Male sex hormones are also collectively known as androgens. Testosterone is the main androgen with dihydrotestosterone comprising an additional androgen. Testosterone is mainly secreted by the testes, although the adrenal cortex also secretes a little of this male sex hormone. In certain tissues, testosterone is chemically transformed into dihydrotestosterone in order to provide an effect in the body.
Testosterone is produced in response to tropic hormones. The hypothalamus releases GnRH, which in turn stimulates the anterior pituitary for the release of LH and FSH which are collectively known as “gonadotropins”. LH triggers the secretion of testosterone, and then together with FSH, they promote spermatogenesis.
Testosterone secretion throughout life cycle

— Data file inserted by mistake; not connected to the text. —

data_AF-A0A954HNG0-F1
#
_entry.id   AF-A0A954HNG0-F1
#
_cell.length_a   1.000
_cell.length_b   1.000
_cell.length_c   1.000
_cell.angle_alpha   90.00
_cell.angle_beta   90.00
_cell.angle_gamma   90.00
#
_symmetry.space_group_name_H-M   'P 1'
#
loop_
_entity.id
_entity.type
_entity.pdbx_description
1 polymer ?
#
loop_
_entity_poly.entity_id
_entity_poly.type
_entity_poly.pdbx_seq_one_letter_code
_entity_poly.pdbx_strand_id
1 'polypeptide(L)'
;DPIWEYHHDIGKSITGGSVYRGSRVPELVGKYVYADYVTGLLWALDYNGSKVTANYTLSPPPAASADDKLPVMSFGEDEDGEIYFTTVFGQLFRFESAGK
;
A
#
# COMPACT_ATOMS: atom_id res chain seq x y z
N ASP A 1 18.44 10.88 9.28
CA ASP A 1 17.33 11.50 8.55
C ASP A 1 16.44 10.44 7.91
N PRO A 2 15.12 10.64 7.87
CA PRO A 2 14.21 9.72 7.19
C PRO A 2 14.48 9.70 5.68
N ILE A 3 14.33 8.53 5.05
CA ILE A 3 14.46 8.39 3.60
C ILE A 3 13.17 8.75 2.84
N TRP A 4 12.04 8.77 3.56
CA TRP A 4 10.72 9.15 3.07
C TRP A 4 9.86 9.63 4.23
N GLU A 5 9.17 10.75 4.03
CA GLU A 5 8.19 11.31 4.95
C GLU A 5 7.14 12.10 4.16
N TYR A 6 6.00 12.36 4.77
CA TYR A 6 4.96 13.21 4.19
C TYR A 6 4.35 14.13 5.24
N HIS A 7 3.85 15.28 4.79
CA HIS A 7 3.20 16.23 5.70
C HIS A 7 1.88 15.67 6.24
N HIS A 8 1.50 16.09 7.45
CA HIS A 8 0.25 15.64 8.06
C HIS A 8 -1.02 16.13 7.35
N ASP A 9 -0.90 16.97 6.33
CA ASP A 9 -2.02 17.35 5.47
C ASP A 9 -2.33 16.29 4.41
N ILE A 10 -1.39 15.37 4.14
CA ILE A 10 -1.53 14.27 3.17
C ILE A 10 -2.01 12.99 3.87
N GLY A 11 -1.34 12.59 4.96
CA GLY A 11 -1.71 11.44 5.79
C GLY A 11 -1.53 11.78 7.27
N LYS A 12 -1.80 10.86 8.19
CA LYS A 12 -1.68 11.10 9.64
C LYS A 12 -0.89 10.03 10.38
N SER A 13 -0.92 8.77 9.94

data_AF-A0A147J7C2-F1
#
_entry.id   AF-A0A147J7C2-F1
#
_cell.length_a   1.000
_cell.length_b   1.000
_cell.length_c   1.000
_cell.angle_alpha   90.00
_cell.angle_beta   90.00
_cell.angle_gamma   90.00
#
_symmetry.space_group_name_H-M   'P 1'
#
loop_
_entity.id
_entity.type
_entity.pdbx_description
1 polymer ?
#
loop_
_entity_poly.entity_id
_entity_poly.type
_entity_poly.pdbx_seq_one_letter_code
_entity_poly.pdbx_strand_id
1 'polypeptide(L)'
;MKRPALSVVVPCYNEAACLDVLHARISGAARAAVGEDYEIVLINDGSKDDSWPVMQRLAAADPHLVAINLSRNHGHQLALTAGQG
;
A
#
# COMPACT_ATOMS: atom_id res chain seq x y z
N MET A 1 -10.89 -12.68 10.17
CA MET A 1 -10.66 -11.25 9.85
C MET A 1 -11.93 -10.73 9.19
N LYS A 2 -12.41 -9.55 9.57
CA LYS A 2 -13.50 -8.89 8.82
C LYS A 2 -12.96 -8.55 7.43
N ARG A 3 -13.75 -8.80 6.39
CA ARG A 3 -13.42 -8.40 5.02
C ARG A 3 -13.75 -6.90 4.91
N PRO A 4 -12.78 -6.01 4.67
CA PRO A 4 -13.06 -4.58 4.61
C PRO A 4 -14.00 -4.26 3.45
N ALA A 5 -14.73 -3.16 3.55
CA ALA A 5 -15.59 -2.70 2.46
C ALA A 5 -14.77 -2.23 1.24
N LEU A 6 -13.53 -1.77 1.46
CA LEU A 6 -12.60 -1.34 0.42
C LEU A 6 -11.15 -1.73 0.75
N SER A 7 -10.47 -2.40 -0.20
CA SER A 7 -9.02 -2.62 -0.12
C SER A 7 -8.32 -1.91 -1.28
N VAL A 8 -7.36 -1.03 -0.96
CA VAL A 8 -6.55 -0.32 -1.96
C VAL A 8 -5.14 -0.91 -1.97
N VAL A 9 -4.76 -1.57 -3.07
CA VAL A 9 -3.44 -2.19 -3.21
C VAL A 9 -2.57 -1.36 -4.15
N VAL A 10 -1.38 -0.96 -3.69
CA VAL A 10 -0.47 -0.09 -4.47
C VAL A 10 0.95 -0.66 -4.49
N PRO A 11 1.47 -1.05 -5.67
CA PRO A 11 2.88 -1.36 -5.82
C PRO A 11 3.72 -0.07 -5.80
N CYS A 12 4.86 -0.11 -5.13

The secretion of testosterone is not a continuous process throughout the entire life of males as it occurs only after puberty. Prenatal testosterone secretion is what determines the sex of the fetus. Shortly after birth, the secretion of testosterone is just about stopped. Thereafter, during puberty, the secretion of testosterone resumes and will be maintained for the rest of the man’s life.
During the life of the adult male, the secretion of testosterone is consistently maintained. Therefore, testosterone is secreted in the male’s body only to:
• Determine the child’s sex (and properly form the male reproductive organs)
• Enable reproductive function.
On the basis of these 2 functions, any problem with the levels of testosterone in the body would either prevent the development of appropriate reproductive organs or cause the lack of fertility. The development of the primary and secondary sex characteristics are as a result of the specific effects of testosterone which enable reproductive function during puberty and from then on.